Date Posted: 2/1/2011 10:26 AM ET
Member Since: 6/10/2008
Posts: 42
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I'm almost finished with The Greatest Knight, I also hate reading a book for longer than a week or two, but I really like it!!  It's my first Elizabeth Chadwick and definitely won't be my last!!  I have The Scarlet Lion on the way to me, but I think I might take a break and read one of the other books for the challenge that have been screaming my name! 

Date Posted: 2/1/2011 10:29 AM ET
Member Since: 7/6/2007
Posts: 761
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I'm so close to finishing The Merlin Trilogy....less than 200 pages to go.....


Date Posted: 2/1/2011 10:55 AM ET
Member Since: 3/27/2010
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My audiobook is the Pink Carnation one and I'm still suffering through Gulliver's Travels for my Classics challenge. I keep putting it off, but I have to get this done. I'm just NOT into this book. The writing style is driving me beserk.

Up next is The Tenderness of Wolves. I've had my eye on it for a while and am excited to start it. It's going to be my reward for finishing Gulliver.

Kat (polbio) -
Date Posted: 2/1/2011 10:56 AM ET
Member Since: 10/10/2008
Posts: 3,067
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I am reading Murder in the White House by Margaret Truman. Not a historical fiction, but alas, it is what I am reading, lol. The story line is great, very intriguing, but the writing is not that great. The dialogue is choppy. For example, the main character was reading a newspaper article that sounded like a second grader wrote it. Was not a realistic news story. I am only a couple chapters into it, so i am hoping the story itself keeps me interested or I may ditch it. I have the next three books in the series, but not sure that I will read them.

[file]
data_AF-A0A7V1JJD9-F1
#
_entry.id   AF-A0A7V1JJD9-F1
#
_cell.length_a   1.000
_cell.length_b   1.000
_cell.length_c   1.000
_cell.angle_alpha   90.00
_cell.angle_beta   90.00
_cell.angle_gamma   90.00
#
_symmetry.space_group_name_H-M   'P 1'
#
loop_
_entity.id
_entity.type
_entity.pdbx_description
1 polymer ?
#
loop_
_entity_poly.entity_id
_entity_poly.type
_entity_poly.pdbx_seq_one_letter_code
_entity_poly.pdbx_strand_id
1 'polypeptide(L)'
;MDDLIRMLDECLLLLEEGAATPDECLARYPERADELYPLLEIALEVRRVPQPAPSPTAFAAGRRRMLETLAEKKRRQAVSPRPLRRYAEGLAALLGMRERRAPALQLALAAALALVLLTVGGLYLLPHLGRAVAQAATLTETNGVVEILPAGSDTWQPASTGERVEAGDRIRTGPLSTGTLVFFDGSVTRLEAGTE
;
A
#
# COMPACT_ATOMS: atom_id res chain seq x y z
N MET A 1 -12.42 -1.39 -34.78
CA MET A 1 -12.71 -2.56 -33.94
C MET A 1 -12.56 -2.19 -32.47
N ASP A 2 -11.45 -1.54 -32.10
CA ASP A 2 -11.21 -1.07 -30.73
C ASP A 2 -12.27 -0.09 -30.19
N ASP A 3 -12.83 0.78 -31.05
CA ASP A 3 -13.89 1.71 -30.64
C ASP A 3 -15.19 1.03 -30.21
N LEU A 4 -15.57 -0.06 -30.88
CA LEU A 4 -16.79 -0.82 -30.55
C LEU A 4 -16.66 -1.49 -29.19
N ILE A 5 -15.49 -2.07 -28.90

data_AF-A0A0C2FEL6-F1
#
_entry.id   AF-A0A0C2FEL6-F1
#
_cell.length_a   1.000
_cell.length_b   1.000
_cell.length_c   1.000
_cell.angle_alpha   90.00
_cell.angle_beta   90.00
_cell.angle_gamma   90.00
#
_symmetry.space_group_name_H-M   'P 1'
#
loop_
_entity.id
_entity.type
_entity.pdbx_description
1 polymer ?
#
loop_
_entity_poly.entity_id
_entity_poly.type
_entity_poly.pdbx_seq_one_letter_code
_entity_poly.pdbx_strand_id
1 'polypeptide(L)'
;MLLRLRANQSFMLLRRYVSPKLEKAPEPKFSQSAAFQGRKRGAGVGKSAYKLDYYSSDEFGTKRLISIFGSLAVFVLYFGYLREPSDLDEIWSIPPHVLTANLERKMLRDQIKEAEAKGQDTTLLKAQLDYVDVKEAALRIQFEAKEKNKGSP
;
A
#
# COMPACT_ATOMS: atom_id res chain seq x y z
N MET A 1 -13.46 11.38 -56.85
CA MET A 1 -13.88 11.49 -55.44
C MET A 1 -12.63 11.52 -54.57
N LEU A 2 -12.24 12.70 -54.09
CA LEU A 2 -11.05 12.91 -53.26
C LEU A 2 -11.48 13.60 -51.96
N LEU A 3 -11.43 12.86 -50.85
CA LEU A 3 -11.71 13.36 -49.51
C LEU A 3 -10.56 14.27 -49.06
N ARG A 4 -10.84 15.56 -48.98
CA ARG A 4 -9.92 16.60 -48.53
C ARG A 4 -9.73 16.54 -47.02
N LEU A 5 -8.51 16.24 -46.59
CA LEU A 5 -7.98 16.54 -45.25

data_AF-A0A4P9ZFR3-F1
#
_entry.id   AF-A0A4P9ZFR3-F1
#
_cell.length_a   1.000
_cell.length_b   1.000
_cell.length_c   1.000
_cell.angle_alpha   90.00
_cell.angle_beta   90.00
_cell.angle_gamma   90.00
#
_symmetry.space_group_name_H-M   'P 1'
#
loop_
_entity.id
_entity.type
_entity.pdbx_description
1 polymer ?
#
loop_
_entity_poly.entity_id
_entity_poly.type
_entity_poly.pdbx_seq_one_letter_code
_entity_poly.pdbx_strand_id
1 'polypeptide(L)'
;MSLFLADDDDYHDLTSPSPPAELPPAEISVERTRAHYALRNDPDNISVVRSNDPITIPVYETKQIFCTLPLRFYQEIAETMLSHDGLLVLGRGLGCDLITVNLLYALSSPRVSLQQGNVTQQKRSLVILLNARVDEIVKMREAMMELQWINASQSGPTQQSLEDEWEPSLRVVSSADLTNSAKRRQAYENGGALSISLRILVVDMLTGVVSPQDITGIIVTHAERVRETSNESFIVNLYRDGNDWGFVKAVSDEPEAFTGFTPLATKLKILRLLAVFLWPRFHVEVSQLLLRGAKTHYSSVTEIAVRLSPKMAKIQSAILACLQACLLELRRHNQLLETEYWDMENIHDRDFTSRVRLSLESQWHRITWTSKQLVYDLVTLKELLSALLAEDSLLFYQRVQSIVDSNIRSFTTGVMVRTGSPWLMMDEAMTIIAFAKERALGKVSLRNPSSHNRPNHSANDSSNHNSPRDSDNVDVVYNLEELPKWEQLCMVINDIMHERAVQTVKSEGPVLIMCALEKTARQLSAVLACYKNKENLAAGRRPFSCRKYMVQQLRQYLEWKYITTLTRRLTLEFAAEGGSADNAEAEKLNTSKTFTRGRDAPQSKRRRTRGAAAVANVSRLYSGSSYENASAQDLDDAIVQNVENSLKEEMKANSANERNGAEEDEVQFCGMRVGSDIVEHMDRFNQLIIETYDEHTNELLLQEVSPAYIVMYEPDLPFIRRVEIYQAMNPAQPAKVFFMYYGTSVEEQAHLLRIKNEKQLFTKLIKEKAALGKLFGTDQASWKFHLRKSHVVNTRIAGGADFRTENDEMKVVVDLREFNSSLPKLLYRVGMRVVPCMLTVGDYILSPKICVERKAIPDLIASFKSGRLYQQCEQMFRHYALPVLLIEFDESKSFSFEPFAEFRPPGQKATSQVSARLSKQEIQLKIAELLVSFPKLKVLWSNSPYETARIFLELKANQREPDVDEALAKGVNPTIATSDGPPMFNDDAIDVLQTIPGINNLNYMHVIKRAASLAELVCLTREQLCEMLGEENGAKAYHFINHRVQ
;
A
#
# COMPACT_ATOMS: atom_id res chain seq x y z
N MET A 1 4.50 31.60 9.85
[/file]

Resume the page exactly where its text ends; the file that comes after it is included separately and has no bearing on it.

Date Posted: 2/1/2011 11:39 AM ET
Member Since: 3/23/2008
Posts: 2,544
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I was looking for another Arthur legend series or book to start reading so I chose The Skystone by Jack Whyte, first in the Camulod series.  I think I will reserve final judgement on it till the end as I think some here on the forum really liked these books, but I have to say I'm not really too impressed so far.  This one will fit in nicely with the 0 AD-500 AD time challenge though.

Date Posted: 2/1/2011 11:57 AM ET
Member Since: 5/18/2009
Posts: 388
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Enjoying David Copperfield and one non-fiction, People's History of the United States by Howard Zinn.

Kat (polbio) -
Date Posted: 2/1/2011 12:09 PM ET
Member Since: 10/10/2008
Posts: 3,067
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I have David Copperfield on my TBR. I have owned that book for a very long time and just have never read it.

Date Posted: 2/1/2011 12:12 PM ET
Member Since: 3/14/2009
Posts: 9,175
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I  read the first 10 chapters in the Pink Carnation  last night.

Last Edited on: 2/1/11 12:13 PM ET - Total times edited: 1
Date Posted: 2/1/2011 12:22 PM ET
Member Since: 12/10/2005
Posts: 2,851
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I'll be interested in your final opinion about The Skystone, Cheryl. I've had it for years, but I haven't read it. I read something else by him - a templars book, maybe - and was just "eh" about it.

I'm still reading Maledicte, a dark fantasy about obsessive love. Also a bit of an adventure story. I'm liking it quite a bit. I intend to buy the sequel for my Kindle to get around the Big Loser issue. LOL!

Date Posted: 2/1/2011 4:55 PM ET
Member Since: 4/23/2008
Posts: 1,757
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Like Genie, I'll be interested to hear your thoughts on The Skystone, Cheryl. I've had it on Mt. TBR for a year or more as well.

No bad weather here.  Again, central Minnesota is missing really bad weather.  It's been an odd year. Plenty of snow, but not a lot of bad blizzards for us.  You peeps in the storm's path, hunker down with a book!  (Lucky ducks! Provided the power doesn't go out!)